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Thread: How much "brush in" for a ground blind?

  1. #1

    How much "brush in" for a ground blind?

    How much should i brush in my pop-up ground blind? Anyone have a picture of a successful example? How late is too late to put it out? Thanks!



  2. #2
    Join Date
    Jul 2012
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    Hartsburg, Missouri
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    just use you surrounding limbs like evergreen or oak, just dont overdo it to where you cant shoot out, just try to break up the corners

  3. #3
    How long should i let it set before i hunt it?

  4. #4
    Join Date
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    If the deer can see it for a ways don't even worry about brushing it in... I have mine by a piece of farm equipment in the middle of the field next to my food plot and have no brush on it and the deer walk within 25 yds on a regular basis... I set it out 4 days before I hunted it... If they are going to be suprised by it like around a tight corner or in a thicket then I would brush the corners to breakup the outline like levih said... Good luck and enjoy the rush of ground hunting...
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  5. #5
    Let me find pics.

  6. #6

  7. #7
    Join Date
    Sep 2010
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    Iowa
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    In my area if it's not perfect the deer will pick it off 200 yds. away so I have to make it pretty well hidden. I can't leave it out as it would surely be stolen but when I did leave it out and deer got used to it they would walk right by. I've set up by a big round bale, hunted it right away and they never noticed much. Every place seems to be different so you just have to try it and see, but time is on your side. If you can leave it out long enough they should get used to it providing you don't get spotted using it.

  8. #8
    Excellent advice guys! Keep it coming

  9. #9
    Join Date
    Jul 2004
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    Texas
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    On my pop-ups that I leave out all season, I take two cattle panels and build a frame. One panel makes a horseshoe shape that sits on its side. The second panel makes a big arch over from one side of the "U" to the other side. I use zip ties to keep the ends up off the ground and the panel in place. I then brush the fire out of the frame. Once it is completely covered I trim out the shooting windows. Once this is started, I can just add new brush each year. After a couple of years worth of brushing, you can remove the blind and pop it back up at any time and it still looks the same from the deer's view.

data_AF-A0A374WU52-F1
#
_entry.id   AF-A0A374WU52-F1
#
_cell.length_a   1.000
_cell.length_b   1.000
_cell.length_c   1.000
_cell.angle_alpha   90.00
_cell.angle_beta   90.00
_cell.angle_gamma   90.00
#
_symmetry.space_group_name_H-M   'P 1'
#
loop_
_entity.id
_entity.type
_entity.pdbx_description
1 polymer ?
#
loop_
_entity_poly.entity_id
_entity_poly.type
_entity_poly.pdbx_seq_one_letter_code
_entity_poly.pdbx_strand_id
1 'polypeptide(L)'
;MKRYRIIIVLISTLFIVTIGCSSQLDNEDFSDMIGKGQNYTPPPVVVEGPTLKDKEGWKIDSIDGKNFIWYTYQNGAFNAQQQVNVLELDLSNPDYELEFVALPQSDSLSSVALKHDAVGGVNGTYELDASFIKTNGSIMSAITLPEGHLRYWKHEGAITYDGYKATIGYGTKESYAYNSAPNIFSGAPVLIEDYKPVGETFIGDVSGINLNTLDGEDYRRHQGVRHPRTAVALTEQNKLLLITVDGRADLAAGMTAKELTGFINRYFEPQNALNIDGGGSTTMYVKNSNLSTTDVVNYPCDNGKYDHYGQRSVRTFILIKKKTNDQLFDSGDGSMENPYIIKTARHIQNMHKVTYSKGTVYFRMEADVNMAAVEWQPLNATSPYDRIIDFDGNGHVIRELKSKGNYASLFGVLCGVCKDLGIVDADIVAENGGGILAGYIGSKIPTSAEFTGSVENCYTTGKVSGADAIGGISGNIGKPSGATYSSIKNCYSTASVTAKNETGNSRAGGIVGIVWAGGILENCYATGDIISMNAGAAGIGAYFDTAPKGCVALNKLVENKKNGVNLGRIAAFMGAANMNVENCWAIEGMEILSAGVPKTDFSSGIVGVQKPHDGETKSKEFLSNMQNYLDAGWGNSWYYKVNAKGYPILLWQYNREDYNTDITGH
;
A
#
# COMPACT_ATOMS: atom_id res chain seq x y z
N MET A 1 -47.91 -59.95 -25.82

Attached Images Attached Images

  10. #10
    Join Date
    Oct 2007
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    Western Kansas
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    Shortbow, do you have a picture of the frame before the brush? That sounds like a great idea and looks awesome!

  11. #11
    my wife just took a 7X6 bull from the top one, also show a second one that no elk come to while it was set




  12. #12
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    "You can never be too camo'ed" I brush mine in until they're hard to even find...
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  13. #13
    Join Date
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    Quote Originally Posted by Ears View Post
    "You can never be too camo'ed" I brush mine in until they're hard to even find...
    My feelings exactly when hunting deer or other big game. With turkeys it does not matter.
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  14. #14
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    I put one at the end of a row of hay bales and the deer never even noticed it. Just looks like another round bale.
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  15. #15
    Join Date
    Jul 2004
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    Texas